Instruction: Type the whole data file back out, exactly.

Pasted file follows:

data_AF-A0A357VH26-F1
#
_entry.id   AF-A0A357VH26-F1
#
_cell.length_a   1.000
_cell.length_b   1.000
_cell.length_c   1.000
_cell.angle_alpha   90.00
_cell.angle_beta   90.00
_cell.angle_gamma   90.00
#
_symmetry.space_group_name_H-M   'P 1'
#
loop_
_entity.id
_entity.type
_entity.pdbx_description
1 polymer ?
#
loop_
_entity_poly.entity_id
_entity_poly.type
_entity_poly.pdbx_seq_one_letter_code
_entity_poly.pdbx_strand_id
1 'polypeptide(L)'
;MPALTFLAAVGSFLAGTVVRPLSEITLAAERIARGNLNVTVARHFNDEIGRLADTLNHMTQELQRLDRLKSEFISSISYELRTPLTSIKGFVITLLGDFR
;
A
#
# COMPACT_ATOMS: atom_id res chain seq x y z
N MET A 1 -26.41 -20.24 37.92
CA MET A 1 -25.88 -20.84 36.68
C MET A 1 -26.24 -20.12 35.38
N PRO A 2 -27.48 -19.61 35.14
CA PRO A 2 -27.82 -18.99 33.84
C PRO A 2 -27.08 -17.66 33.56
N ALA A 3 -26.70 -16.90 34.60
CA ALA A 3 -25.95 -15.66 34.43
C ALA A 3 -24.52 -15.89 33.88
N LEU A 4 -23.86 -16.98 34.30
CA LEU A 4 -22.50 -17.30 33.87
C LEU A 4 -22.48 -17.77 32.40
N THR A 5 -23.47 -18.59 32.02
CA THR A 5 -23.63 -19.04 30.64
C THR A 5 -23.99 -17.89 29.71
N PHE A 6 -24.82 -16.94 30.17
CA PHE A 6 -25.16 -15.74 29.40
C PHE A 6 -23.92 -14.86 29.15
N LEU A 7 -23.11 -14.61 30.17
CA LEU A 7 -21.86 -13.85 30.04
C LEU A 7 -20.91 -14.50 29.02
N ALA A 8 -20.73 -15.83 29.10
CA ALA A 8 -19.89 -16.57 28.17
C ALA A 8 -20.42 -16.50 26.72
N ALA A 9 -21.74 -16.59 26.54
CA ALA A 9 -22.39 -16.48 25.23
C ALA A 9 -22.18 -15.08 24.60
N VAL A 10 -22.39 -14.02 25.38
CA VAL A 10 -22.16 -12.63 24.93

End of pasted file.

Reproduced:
data_AF-A0A357VH26-F1
#
_entry.id   AF-A0A357VH26-F1
#
_cell.length_a   1.000
_cell.length_b   1.000
_cell.length_c   1.000
_cell.angle_alpha   90.00
_cell.angle_beta   90.00
_cell.angle_gamma   90.00
#
_symmetry.space_group_name_H-M   'P 1'
#
loop_
_entity.id
_entity.type
_entity.pdbx_description
1 polymer ?
#
loop_
_entity_poly.entity_id
_entity_poly.type
_entity_poly.pdbx_seq_one_letter_code
_entity_poly.pdbx_strand_id
1 'polypeptide(L)'
;MPALTFLAAVGSFLAGTVVRPLSEITLAAERIARGNLNVTVARHFNDEIGRLADTLNHMTQELQRLDRLKSEFISSISYELRTPLTSIKGFVITLLGDFR
;
A
#
# COMPACT_ATOMS: atom_id res chain seq x y z
N MET A 1 -26.41 -20.24 37.92
CA MET A 1 -25.88 -20.84 36.68
C MET A 1 -26.24 -20.12 35.38
N PRO A 2 -27.48 -19.61 35.14
CA PRO A 2 -27.82 -18.99 33.84
C PRO A 2 -27.08 -17.66 33.56
N ALA A 3 -26.70 -16.90 34.60
CA ALA A 3 -25.95 -15.66 34.43
C ALA A 3 -24.52 -15.89 33.88
N LEU A 4 -23.86 -16.98 34.30
CA LEU A 4 -22.50 -17.30 33.87
C LEU A 4 -22.48 -17.77 32.40
N THR A 5 -23.47 -18.59 32.02
CA THR A 5 -23.63 -19.04 30.64
C THR A 5 -23.99 -17.89 29.71
N PHE A 6 -24.82 -16.94 30.17
CA PHE A 6 -25.16 -15.74 29.40
C PHE A 6 -23.92 -14.86 29.15
N LEU A 7 -23.11 -14.61 30.17
CA LEU A 7 -21.86 -13.85 30.04
C LEU A 7 -20.91 -14.50 29.02
N ALA A 8 -20.73 -15.83 29.10
CA ALA A 8 -19.89 -16.57 28.17
C ALA A 8 -20.42 -16.50 26.72
N ALA A 9 -21.74 -16.59 26.54
CA ALA A 9 -22.39 -16.48 25.23
C ALA A 9 -22.18 -15.08 24.60
N VAL A 10 -22.39 -14.02 25.38
CA VAL A 10 -22.16 -12.63 24.93